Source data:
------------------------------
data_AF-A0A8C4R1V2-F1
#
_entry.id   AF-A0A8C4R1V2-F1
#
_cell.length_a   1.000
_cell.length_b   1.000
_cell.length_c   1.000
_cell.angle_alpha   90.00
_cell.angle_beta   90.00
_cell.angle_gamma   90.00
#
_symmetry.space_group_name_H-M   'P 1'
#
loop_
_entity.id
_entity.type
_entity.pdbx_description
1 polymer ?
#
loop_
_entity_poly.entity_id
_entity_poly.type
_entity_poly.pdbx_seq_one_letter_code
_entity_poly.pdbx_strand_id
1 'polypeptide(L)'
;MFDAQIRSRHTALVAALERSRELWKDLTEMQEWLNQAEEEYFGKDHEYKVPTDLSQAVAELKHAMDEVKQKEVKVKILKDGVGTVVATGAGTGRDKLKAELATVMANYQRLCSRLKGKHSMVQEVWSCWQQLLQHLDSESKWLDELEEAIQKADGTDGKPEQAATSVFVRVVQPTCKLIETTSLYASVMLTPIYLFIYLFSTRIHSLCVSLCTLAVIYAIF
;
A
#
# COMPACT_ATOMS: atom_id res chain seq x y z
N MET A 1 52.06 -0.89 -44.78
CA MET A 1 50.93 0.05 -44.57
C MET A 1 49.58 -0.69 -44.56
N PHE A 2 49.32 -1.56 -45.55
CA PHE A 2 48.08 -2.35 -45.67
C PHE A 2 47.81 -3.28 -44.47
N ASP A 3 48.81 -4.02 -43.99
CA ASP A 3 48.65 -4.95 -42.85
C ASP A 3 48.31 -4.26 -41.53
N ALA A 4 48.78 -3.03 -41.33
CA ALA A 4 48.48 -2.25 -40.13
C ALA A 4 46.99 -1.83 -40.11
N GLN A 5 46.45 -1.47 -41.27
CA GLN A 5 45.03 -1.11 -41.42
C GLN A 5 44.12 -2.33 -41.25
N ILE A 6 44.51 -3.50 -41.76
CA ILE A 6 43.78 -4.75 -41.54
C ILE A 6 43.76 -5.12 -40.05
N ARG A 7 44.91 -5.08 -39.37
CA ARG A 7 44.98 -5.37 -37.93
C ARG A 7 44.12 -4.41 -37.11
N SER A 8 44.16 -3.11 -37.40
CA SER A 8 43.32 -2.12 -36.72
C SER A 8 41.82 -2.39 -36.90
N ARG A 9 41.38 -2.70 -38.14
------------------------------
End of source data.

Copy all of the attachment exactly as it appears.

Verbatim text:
data_AF-A0A8C4R1V2-F1
#
_entry.id   AF-A0A8C4R1V2-F1
#
_cell.length_a   1.000
_cell.length_b   1.000
_cell.length_c   1.000
_cell.angle_alpha   90.00
_cell.angle_beta   90.00
_cell.angle_gamma   90.00
#
_symmetry.space_group_name_H-M   'P 1'
#
loop_
_entity.id
_entity.type
_entity.pdbx_description
1 polymer ?
#
loop_
_entity_poly.entity_id
_entity_poly.type
_entity_poly.pdbx_seq_one_letter_code
_entity_poly.pdbx_strand_id
1 'polypeptide(L)'
;MFDAQIRSRHTALVAALERSRELWKDLTEMQEWLNQAEEEYFGKDHEYKVPTDLSQAVAELKHAMDEVKQKEVKVKILKDGVGTVVATGAGTGRDKLKAELATVMANYQRLCSRLKGKHSMVQEVWSCWQQLLQHLDSESKWLDELEEAIQKADGTDGKPEQAATSVFVRVVQPTCKLIETTSLYASVMLTPIYLFIYLFSTRIHSLCVSLCTLAVIYAIF
;
A
#
# COMPACT_ATOMS: atom_id res chain seq x y z
N MET A 1 52.06 -0.89 -44.78
CA MET A 1 50.93 0.05 -44.57
C MET A 1 49.58 -0.69 -44.56
N PHE A 2 49.32 -1.56 -45.55
CA PHE A 2 48.08 -2.35 -45.67
C PHE A 2 47.81 -3.28 -44.47
N ASP A 3 48.81 -4.02 -43.99
CA ASP A 3 48.65 -4.95 -42.85
C ASP A 3 48.31 -4.26 -41.53
N ALA A 4 48.78 -3.03 -41.33
CA ALA A 4 48.48 -2.25 -40.13
C ALA A 4 46.99 -1.83 -40.11
N GLN A 5 46.45 -1.47 -41.27
CA GLN A 5 45.03 -1.11 -41.42
C GLN A 5 44.12 -2.33 -41.25
N ILE A 6 44.51 -3.50 -41.76
CA ILE A 6 43.78 -4.75 -41.54
C ILE A 6 43.76 -5.12 -40.05
N ARG A 7 44.91 -5.08 -39.37
CA ARG A 7 44.98 -5.37 -37.93
C ARG A 7 44.12 -4.41 -37.11
N SER A 8 44.16 -3.11 -37.40
CA SER A 8 43.32 -2.12 -36.72
C SER A 8 41.82 -2.39 -36.90
N ARG A 9 41.38 -2.70 -38.14